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New York City's schoolchildren will still get free meals

By BELINDA ROBINSON in New York | chinadaily.com.cn | Updated: 2020-03-25 12:35

Lydia Hassebroek, 10, who attends PS 34, conducts an experiment at her home in Brooklyn during the first day of remote school after New York State Governor Andrew Cuomo signed an executive order closing public schools statewide due to concerns over the rapid spread of coronavirus disease (COVID-19) in Brooklyn, New York City, US, March 23, 2020. [Photo/Agencies]

Free meals are still being offered on weekdays to New York City's 1.1 million schoolchildren even though the city's 1,700 public schools are closed due to the coronavirus outbreak, school officials said.

"Our commitment to everyone who wants a meal is they can get a meal," said city schools Chancellor Richard Carranza at a news conference Monday.

"At 449 sites across the city in every borough we served approximately 78,000 meals for breakfast, lunch and dinner today. We delivered 246 meals to our medically fragile students with our partners DoorDash," he said.

Three daily meals of breakfast, lunch and dinner from Monday to Friday are being given to children 18 and under at more than 400 sites between 7:30 am and 1:30 pm, officials said. Parents and guardians can pick them up‎ with no registration, ID or other documentation. The meals must be taken from where they are being distributed because there is no place to eat them on site.

The meals change daily. On Monday, breakfast was Apple Cinnamon Cheerios, graham crackers, juice and milk. Lunch was sandwiches, black bean salad, canned fruit and milk.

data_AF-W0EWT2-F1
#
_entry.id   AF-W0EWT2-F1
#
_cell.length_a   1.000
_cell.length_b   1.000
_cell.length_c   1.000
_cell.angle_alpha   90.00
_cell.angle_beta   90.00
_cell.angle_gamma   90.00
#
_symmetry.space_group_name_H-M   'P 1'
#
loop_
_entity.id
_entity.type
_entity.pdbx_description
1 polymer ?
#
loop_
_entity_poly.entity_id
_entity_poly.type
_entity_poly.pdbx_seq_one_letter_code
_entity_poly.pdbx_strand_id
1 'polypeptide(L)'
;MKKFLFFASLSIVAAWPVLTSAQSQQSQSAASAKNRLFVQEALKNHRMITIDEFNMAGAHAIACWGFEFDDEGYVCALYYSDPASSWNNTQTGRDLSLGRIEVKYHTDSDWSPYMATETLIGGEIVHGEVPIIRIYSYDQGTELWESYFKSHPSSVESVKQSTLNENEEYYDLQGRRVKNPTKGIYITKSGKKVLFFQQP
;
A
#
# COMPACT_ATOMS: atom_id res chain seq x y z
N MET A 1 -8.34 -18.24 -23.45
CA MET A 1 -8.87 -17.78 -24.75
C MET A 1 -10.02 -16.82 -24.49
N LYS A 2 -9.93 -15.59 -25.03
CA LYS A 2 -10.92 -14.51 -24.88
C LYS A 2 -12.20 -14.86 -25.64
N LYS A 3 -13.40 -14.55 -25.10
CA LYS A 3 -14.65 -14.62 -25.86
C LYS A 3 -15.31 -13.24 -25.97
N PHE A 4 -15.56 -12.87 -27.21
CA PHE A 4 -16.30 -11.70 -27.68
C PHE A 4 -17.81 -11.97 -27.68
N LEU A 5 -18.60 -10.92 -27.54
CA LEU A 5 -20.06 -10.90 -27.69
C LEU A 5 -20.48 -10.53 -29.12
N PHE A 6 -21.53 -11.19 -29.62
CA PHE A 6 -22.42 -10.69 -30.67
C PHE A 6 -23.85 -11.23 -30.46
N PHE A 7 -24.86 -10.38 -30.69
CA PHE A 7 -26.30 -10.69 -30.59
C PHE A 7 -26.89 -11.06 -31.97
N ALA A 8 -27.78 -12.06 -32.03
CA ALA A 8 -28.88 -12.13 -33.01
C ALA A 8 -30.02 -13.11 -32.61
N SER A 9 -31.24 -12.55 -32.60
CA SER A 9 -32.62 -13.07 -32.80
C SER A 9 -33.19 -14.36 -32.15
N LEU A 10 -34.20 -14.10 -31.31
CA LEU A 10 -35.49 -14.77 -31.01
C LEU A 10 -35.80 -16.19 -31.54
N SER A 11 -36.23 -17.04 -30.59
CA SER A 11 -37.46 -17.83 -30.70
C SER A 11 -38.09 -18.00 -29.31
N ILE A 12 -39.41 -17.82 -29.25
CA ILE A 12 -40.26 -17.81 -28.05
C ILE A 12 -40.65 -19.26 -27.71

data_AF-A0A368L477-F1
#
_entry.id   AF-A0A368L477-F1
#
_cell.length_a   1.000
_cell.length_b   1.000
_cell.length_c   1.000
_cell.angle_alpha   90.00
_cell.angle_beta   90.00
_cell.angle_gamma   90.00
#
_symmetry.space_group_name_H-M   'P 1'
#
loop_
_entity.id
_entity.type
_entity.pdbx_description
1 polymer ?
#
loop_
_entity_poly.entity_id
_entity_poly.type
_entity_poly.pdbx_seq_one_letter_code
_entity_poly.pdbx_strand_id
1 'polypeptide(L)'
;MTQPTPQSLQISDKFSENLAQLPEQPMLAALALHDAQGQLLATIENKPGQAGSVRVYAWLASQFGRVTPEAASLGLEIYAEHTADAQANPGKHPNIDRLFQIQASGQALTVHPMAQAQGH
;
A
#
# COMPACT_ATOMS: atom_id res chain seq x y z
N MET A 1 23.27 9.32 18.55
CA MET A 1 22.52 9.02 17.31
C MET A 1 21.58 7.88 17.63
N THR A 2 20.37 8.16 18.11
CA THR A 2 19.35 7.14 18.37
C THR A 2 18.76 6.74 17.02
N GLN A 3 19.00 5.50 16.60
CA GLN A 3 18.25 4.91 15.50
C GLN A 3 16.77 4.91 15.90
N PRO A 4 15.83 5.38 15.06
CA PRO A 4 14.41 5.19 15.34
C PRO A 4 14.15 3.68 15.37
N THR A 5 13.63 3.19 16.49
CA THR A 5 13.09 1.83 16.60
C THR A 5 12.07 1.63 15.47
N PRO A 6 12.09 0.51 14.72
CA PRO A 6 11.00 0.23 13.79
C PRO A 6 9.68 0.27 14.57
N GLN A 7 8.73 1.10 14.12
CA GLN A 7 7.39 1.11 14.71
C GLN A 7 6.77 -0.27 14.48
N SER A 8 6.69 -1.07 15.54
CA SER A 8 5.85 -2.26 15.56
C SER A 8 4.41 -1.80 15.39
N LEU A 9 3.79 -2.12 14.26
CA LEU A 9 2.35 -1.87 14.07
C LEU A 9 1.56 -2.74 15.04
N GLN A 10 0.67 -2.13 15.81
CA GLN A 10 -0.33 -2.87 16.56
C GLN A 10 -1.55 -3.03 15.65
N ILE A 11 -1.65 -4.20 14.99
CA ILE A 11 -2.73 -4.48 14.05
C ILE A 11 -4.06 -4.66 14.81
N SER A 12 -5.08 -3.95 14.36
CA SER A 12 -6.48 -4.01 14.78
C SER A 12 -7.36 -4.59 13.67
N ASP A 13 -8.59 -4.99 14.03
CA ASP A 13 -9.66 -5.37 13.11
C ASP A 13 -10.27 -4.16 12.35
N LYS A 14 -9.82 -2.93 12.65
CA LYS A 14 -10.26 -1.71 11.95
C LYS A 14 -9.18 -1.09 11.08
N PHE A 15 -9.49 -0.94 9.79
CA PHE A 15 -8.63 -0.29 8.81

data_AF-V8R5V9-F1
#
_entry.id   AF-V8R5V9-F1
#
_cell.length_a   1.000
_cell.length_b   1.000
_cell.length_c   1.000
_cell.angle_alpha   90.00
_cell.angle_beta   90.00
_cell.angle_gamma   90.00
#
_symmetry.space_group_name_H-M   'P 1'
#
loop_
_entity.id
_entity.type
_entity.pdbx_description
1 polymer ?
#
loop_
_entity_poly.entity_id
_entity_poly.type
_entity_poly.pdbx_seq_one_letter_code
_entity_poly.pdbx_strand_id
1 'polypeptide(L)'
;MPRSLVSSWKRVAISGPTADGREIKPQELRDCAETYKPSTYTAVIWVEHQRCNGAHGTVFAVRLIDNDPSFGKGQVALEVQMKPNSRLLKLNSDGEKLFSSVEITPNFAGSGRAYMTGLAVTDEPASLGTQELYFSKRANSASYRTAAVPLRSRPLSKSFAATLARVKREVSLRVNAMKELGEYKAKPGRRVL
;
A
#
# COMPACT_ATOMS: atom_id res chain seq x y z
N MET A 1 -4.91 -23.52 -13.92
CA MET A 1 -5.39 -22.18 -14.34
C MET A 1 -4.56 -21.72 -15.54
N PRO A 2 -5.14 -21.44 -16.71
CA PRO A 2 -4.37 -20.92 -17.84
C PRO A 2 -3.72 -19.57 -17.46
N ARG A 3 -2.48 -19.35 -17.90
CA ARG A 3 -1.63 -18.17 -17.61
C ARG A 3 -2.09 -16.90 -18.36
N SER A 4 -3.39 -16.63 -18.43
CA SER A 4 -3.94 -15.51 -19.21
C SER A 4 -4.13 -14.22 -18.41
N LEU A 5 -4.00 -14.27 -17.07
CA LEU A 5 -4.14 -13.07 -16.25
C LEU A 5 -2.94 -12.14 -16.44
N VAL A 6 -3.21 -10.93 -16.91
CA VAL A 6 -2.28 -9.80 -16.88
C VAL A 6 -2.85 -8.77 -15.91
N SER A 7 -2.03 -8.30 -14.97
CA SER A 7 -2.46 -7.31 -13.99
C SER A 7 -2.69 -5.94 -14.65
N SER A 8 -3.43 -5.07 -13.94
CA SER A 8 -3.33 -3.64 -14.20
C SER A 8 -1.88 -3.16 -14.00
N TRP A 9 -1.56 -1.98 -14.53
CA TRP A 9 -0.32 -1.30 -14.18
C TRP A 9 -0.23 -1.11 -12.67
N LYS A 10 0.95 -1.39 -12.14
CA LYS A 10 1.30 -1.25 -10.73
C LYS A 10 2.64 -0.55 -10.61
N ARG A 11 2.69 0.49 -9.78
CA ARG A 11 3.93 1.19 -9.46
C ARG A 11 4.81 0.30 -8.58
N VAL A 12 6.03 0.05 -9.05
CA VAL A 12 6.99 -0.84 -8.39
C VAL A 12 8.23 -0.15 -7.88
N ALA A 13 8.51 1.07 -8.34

On March 15, New York City Mayor Bill de Blasio closed all public schools until at least April 20, but on Monday he said in a television interview that schools may not open for the rest of the school year.

"The likelihood we're at right now is that we lose the whole school year, which is really, really, deeply unfortunate," he said.

New York has become the epicenter of the COVID-19 outbreak in the US.

New York Governor Andrew Cuomo said that as of Tuesday, New York City has 14,904 confirmed cases and more than 100 deaths. More than 3,200 people are hospitalized and 750 of those patients, or 23 percent, are in intensive care, he said.

Cases across the state are doubling about every three days, standing at 25,665 as of Tuesday with 210 deaths — 10 times the number of cases in California, Cuomo said.

Nationwide, at least 30 million children rely on free meals at public schools. More than 114,000 public and private schools have been closed to slow the spread of the coronavirus, according to National Public Radio.

The Federal School Lunch Program offers no-cost or low-cost food and is the nation's second-largest anti-hunger program after food stamps.

In New York City, three-quarters of the 1.1 million public school children are at or below the poverty line, according to the National Center for Children in Poverty. At least 1 in 10 are homeless.

Jennifer McLean, the CEO of City Harvest, the largest food rescue organization in New York, told China Daily:

"As the pandemic causes the city and the global economy to come to a halt, we're likely to see unemployment rise to levels never seen before. Even before the crisis, 2.5 million working-age New Yorkers were struggling to make ends meet, and 1 in 5 New York City children didn't know where their next meal was coming from."

In Los Angeles, the nation's second-largest school district, meals were being offered at 60 drive-thrus for parents.

Iowa, Minnesota and Florida among other states are also giving free meals at pickup spots. Lincoln Elementary School in Little Falls, Minnesota, is using bus drivers to deliver food to students. The stay-at-home order by Louisiana Governor John Bel Edwards has led all but a few school districts in northwest Louisiana to halt student "grab and go meals" said officials, citing health risks to school staff.

In New York City, some private restaurants — which along with other nonessential businesses have been ordered closed by Cuomo — are also offering meals to children in the city while they study from home.

Ravi Derossi's East Village restaurant has been giving out free vegan lunches. And, Oaxaca Taqueria, a Mexican food chain, was donating lunch to children as of Monday at its 10 NYC locations.

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